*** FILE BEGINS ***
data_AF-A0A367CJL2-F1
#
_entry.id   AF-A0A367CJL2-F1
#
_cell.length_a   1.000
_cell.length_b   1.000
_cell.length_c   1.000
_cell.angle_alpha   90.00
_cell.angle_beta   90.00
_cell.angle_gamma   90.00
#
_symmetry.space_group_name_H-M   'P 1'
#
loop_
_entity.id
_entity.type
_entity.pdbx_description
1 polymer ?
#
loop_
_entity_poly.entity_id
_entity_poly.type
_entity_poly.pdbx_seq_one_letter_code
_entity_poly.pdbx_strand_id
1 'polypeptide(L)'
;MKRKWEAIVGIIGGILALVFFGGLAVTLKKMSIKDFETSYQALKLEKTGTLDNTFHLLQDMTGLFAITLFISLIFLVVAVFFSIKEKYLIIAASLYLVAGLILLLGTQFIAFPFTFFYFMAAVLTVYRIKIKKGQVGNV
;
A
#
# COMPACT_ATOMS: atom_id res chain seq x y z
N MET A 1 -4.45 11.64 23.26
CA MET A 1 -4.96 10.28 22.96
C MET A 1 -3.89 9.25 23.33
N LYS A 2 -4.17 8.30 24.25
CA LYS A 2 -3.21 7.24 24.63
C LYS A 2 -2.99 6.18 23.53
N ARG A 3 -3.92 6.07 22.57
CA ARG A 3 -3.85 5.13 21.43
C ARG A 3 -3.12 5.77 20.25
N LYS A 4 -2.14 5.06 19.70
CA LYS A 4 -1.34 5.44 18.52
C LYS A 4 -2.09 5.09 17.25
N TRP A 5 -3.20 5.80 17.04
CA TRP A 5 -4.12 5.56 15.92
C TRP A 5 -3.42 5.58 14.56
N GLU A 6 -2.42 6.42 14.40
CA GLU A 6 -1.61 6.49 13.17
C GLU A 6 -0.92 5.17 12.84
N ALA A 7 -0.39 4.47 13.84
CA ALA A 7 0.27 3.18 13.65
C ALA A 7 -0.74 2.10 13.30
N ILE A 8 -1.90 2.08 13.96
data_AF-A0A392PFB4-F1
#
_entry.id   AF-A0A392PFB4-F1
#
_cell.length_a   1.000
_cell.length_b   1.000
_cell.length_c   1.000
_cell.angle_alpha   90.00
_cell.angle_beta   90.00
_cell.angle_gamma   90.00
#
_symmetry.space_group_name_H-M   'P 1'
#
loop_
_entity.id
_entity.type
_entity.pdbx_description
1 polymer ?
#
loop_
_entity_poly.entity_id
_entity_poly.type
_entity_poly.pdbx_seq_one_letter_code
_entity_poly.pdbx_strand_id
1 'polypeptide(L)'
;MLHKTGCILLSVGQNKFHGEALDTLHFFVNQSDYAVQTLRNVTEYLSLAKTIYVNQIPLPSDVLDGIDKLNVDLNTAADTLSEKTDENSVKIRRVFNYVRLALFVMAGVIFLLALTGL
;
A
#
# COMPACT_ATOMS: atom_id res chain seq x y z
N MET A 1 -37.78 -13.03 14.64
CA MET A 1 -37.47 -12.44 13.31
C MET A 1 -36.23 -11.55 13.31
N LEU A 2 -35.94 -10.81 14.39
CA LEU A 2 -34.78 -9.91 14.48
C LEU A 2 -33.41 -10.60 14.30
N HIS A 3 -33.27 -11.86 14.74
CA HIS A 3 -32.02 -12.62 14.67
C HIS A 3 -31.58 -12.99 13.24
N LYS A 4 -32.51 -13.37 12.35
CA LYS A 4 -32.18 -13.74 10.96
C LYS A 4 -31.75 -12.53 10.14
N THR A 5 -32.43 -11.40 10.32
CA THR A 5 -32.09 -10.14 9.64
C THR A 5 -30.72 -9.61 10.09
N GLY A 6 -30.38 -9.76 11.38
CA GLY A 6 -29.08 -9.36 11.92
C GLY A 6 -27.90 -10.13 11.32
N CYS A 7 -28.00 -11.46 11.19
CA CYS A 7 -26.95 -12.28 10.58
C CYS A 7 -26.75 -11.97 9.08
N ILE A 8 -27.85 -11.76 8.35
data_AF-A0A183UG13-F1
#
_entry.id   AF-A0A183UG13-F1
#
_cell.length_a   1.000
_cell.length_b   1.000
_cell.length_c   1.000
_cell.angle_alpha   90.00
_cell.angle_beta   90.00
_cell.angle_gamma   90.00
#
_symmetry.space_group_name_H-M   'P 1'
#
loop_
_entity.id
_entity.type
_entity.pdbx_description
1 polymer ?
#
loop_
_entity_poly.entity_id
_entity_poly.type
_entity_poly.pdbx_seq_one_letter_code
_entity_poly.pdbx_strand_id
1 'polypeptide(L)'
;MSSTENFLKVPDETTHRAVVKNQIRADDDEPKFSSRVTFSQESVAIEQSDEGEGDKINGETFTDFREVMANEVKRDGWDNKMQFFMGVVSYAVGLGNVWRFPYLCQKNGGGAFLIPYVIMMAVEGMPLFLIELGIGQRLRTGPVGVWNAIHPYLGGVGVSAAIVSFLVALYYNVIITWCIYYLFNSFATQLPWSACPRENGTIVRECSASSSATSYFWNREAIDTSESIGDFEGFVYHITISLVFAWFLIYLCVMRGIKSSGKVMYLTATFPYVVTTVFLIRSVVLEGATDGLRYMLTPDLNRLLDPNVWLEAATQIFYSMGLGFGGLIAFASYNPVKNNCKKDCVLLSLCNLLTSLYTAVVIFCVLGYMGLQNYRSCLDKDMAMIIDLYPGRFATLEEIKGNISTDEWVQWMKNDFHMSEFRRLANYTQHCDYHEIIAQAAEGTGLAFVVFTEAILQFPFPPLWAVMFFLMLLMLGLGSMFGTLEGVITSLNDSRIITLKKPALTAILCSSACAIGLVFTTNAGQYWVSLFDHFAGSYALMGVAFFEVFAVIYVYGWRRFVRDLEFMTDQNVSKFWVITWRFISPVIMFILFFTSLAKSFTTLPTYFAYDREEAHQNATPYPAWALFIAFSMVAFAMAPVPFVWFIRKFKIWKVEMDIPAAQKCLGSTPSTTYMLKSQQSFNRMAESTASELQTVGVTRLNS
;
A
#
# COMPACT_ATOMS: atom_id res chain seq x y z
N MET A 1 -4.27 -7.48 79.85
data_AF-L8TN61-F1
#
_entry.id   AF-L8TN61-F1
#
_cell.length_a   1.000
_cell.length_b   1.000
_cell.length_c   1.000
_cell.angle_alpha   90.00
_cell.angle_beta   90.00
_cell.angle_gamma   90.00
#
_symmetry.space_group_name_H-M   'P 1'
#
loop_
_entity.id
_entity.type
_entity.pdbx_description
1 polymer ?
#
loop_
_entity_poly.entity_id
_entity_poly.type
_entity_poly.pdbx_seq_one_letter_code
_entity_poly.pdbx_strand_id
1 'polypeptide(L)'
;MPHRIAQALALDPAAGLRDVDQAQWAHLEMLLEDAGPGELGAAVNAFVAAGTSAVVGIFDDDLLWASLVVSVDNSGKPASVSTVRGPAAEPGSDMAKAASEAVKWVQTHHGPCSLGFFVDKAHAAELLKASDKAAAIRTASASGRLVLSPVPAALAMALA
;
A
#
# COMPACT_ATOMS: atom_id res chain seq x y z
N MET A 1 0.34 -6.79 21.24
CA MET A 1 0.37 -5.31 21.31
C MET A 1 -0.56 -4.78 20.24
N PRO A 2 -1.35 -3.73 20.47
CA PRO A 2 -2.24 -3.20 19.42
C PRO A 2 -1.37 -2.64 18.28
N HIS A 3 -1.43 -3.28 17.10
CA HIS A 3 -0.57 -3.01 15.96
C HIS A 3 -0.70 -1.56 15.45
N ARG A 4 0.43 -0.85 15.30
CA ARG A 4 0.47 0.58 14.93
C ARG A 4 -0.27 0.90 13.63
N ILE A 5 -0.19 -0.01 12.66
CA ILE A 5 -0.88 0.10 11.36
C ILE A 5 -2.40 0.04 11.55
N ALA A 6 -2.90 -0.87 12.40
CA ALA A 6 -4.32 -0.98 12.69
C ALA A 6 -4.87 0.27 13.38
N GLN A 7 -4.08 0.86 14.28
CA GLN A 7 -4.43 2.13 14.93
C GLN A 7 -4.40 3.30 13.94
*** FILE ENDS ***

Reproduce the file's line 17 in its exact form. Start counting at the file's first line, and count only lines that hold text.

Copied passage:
_entity.pdbx_description